Ultra-Short Pulse Lasers Are Great Tools for Processing Plastics for Medical Devices

In the past few years, we have found that ultra-short pulse (USP) lasers are being used more and more for medical device manufacturing - from stents and catheters, to wire stripping and balloon texturing.

Argon Medical Addresses High Labor Costs and Productivity with MiR Robot

The company has turned to collaborative automation to help it compete in this high-cost labor market, while preserving jobs for its skilled, long-term employees.

Neuroscientists Create Prosthetics to Help Amputees Feel Again

The most recent prosthetics can stimulate the nerves so that when a person comes in contact with something, they feel sensation with help from electrical impulses.

Carnegie Mellon Designs Low-cost, High-Efficiency 3D Bioprinter

We have already made exciting advances to date, with the ability to print biological materials and cells with unprecedented resolution and fidelity. Put simply, we can do more than print something that looks cool-we can 3D print tissues that actually work.

Robotic Technology Goes Beyond Automation

While the obvious benefit of robotic technology is to automate business processes, there are an abundance of opportunities for robotic technology to improve the lives of humans without engaging in automation.

Advancement of Robots in Medicine

Robotic surgery is deemed by and large safer than open surgery. The hospital stay is shorter, reducing the risk of infection; pain and discomfort is reduced; recovery time is faster; and blood loss and transfusions are lessened.

What's Driving Investments in Surgical Robots?

Ideally, hospitals and clinics would be able to justify the cost of a new robot based on scientific studies on its effectiveness and business cases on its usability. But for new platforms, these are very scarce.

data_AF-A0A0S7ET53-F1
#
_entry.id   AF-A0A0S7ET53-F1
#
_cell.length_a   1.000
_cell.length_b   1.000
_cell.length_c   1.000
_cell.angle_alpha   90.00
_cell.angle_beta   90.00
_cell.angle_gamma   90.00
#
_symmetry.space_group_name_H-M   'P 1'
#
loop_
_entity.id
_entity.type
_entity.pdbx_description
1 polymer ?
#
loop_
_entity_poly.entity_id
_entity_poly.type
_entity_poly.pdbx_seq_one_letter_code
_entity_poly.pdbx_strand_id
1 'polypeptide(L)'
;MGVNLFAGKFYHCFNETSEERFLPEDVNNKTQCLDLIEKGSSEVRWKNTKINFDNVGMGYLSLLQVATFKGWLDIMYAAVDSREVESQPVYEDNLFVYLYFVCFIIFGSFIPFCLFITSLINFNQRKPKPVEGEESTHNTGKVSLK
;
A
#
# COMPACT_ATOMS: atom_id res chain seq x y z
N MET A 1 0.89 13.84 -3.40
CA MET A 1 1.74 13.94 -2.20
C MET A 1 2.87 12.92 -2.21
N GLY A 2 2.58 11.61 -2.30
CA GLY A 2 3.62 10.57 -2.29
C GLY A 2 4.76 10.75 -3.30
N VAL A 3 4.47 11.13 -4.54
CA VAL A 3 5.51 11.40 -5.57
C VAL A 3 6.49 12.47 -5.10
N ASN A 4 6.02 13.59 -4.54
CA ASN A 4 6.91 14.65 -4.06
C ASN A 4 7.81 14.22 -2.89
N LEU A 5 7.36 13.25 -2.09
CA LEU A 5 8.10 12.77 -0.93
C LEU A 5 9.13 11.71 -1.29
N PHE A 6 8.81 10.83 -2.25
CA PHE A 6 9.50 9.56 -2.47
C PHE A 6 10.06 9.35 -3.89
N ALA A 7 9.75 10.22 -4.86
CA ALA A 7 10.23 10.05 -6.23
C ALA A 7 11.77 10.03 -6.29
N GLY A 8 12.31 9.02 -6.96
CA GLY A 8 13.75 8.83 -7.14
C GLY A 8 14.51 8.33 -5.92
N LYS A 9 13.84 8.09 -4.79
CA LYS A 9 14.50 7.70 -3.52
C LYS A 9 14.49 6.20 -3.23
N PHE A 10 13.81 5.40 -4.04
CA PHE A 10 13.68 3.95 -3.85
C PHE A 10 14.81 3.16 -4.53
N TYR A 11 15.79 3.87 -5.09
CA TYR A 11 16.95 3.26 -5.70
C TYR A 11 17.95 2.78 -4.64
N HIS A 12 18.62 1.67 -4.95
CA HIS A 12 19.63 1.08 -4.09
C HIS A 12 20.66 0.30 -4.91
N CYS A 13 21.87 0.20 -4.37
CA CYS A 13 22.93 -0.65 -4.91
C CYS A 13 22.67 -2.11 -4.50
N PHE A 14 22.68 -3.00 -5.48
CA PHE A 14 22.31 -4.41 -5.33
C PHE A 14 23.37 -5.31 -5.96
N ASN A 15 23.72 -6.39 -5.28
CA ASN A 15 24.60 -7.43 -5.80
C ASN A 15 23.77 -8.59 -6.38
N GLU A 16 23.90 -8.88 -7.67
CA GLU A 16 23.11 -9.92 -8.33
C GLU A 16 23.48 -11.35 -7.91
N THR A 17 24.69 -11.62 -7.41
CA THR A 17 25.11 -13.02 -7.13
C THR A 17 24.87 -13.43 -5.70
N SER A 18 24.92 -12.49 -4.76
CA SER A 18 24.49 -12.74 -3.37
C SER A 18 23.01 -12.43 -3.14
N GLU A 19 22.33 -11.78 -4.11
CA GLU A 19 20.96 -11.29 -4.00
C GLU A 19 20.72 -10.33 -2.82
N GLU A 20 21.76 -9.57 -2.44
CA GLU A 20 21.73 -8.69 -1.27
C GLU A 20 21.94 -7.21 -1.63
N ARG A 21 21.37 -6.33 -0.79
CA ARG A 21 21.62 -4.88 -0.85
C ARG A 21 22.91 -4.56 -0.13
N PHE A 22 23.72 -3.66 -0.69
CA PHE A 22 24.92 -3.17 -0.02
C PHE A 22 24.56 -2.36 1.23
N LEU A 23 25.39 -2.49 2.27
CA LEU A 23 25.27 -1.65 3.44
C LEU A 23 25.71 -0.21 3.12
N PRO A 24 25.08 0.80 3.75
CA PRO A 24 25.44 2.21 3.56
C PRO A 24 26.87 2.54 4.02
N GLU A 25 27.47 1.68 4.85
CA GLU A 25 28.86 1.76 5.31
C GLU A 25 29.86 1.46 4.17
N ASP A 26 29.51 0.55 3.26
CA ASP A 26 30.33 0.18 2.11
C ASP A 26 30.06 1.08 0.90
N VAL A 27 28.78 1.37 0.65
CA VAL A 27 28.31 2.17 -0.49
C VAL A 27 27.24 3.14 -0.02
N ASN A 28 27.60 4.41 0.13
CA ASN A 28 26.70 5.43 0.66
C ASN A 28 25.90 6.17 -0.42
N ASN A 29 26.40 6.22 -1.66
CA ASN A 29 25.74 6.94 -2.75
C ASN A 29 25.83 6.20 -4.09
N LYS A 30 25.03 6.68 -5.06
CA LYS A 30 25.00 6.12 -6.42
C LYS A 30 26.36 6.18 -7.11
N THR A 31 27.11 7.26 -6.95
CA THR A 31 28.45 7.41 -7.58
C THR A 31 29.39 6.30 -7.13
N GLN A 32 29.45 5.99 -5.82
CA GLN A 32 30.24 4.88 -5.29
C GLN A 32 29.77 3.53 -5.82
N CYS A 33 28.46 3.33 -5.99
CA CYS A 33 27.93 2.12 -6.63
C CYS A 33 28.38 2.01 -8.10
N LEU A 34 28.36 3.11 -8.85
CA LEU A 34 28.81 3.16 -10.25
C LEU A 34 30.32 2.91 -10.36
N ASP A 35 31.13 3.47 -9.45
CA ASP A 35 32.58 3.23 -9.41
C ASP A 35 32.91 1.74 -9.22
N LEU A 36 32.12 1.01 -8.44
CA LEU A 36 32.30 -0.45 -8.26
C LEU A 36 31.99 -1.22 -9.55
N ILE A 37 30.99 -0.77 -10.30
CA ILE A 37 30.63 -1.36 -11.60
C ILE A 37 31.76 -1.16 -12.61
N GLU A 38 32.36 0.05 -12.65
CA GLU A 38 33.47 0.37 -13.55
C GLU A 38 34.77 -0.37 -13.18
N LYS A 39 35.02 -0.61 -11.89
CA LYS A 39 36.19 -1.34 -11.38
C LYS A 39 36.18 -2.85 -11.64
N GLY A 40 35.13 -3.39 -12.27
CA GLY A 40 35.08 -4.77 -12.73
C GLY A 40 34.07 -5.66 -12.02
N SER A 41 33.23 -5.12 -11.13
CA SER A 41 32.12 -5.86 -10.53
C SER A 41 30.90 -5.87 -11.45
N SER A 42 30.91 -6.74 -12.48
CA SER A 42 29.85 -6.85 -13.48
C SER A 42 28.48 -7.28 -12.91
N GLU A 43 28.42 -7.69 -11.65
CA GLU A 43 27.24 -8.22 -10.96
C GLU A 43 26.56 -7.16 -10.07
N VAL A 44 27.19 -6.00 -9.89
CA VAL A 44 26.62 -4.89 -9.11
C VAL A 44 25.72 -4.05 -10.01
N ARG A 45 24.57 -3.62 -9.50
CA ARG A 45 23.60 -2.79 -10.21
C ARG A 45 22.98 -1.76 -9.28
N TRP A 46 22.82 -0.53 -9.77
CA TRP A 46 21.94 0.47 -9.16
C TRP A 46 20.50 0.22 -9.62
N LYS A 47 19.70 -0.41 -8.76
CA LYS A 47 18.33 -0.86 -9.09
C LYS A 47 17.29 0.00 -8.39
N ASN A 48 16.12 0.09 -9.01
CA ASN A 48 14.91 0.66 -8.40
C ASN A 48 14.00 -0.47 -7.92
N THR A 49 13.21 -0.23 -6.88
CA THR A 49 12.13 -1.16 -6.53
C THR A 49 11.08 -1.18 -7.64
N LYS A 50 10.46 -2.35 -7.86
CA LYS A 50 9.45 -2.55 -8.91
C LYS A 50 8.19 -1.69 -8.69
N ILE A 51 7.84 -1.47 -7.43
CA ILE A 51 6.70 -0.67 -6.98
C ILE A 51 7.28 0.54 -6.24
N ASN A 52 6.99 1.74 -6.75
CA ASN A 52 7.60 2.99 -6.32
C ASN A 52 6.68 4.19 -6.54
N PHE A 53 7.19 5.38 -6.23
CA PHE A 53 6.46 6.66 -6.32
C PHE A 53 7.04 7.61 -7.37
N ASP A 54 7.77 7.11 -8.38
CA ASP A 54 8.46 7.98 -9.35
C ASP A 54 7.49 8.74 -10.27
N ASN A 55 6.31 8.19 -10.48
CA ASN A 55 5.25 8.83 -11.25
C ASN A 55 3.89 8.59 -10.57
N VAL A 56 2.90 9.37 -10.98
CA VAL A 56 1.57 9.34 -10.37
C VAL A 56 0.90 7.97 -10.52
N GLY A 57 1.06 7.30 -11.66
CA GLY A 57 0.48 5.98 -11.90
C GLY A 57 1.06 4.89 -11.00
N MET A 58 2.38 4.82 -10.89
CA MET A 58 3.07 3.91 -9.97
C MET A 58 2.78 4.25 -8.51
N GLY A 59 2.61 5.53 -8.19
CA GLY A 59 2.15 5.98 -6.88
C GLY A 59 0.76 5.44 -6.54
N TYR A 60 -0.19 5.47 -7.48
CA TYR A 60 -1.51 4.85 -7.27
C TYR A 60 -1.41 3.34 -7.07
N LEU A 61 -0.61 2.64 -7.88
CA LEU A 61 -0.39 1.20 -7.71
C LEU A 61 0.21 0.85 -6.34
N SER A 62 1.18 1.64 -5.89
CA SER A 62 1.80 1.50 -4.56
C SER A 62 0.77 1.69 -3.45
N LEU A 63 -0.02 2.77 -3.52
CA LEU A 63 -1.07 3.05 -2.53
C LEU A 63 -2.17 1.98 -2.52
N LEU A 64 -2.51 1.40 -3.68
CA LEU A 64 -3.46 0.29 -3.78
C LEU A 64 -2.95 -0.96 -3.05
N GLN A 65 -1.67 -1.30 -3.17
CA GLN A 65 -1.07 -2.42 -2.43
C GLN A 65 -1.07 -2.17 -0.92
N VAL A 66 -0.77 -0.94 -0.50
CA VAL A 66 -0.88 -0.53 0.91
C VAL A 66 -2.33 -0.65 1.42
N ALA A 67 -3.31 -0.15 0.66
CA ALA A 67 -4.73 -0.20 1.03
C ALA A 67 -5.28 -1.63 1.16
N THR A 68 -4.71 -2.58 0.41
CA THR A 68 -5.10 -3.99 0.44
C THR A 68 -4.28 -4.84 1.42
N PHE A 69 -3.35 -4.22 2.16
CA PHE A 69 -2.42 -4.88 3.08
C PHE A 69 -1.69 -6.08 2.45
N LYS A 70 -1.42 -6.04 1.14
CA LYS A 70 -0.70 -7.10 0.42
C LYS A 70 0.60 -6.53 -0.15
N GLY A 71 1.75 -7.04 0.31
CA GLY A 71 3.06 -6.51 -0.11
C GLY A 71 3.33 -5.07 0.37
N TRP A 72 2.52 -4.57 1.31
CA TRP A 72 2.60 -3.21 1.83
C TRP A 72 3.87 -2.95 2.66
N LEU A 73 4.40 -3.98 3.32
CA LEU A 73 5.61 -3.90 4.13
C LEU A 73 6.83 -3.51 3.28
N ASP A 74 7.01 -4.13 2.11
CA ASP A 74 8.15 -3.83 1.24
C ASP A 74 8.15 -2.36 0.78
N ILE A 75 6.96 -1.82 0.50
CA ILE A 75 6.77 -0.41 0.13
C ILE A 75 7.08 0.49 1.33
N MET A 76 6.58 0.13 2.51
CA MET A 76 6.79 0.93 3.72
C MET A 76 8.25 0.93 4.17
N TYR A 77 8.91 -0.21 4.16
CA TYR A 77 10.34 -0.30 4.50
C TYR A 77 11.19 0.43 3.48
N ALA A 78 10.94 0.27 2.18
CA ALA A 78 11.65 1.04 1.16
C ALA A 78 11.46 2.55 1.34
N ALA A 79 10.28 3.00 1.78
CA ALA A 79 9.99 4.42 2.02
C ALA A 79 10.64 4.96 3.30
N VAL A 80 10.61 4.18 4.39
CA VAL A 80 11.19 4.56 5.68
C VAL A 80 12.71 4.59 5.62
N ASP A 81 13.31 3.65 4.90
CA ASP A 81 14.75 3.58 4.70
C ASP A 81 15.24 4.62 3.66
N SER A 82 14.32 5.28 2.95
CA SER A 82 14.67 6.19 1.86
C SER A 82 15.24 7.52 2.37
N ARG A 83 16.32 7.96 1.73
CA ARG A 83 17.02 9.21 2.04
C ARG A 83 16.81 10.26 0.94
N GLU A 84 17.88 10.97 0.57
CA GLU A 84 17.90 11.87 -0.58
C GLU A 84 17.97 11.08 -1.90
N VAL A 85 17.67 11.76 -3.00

Lending A Hand - Or Four: How A New, Four-Arm Robot Will Forever Change Neurosurgery

Two hands are better than one, so consider how doubling that to four hands - with robotic steadiness - will forever change neurosurgery, and especially life-threatening blood clots and brain tumor resections.

How Robots Are Changing the Way We Do Surgery

As we see more widespread acceptance for robots in general, we'll likely see even more automation in health care - but some of it is already here.

Investing in Robotics

The sub-group of surgical robotics is the fastest growing area of robotic and automation adoption in the healthcare industry. We now have the ability to perform surgery with a higher level of accuracy than ever before and even perform surgeries in remote locations

Has a French firm finally achieved the holy grail of robotics?

Greg Nichols for ZDNet: The biomechanics of bipedal walking are preposterously complex. A French firm claims to have built a robotic suit that can emulate the way we walk.

Four Robotic Adoption Tips Manufacturers Can Learn From Medical Industries

Since the medical and manufacturing industries both handle sensitive materials, the shift to having robots handle them instead can save lives and cut costs.

Implementing Robots in Healthcare

The main drivers included improving productivity and efficiency, improving repeatability and consistency of processes, increasing operations capacity, increasing operational agility and flexibility, reducing labor costs, and increasing speed of operations.

Robotic Hospitals

Healthcare providers say that the robots can help reduce costs, make operations more efficient and serve as a marketing tool to position hospitals as early adapters of futuristic technology.

Education in Robotic Surgery

The Florida Hospital Nicholson Center and Adventist University of Health Sciences are partnering with the STAN Institute in Nancy, France to launch the Basic Robotic Surgical Course. The multi-disciplinary, five-day course was designed to incorporate the safe acquisition of robotic surgical skills through the use of simulation & comprehensive robotic platform training.

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Universal Robots Add a Sense of Touch in New e-Series Cobots with  Built-in Force/Torque Sensor and Re-Designed User Interface

Universal Robots Add a Sense of Touch in New e-Series Cobots with Built-in Force/Torque Sensor and Re-Designed User Interface

With the new e-Series cobot line, Universal Robots raises the bar for cobots, adding unique new features while significantly strengthening the four core principles defining collaborative robots: fast set-up, easy programming, flexible deployment, and safe operation. With a new built-in, tool-centric Force/Torque sensor the e-Series is ready to take on applications requiring force control right out of the box. A repeatability of 30 micron means the new cobots are suitable for very precise finishing, assembly and electronics tasks. A re-designed user interface decreases cognitive load and expedites program development, while a new externally accessible, 500Hz system bus enables more complex motion control algorithms or profiles.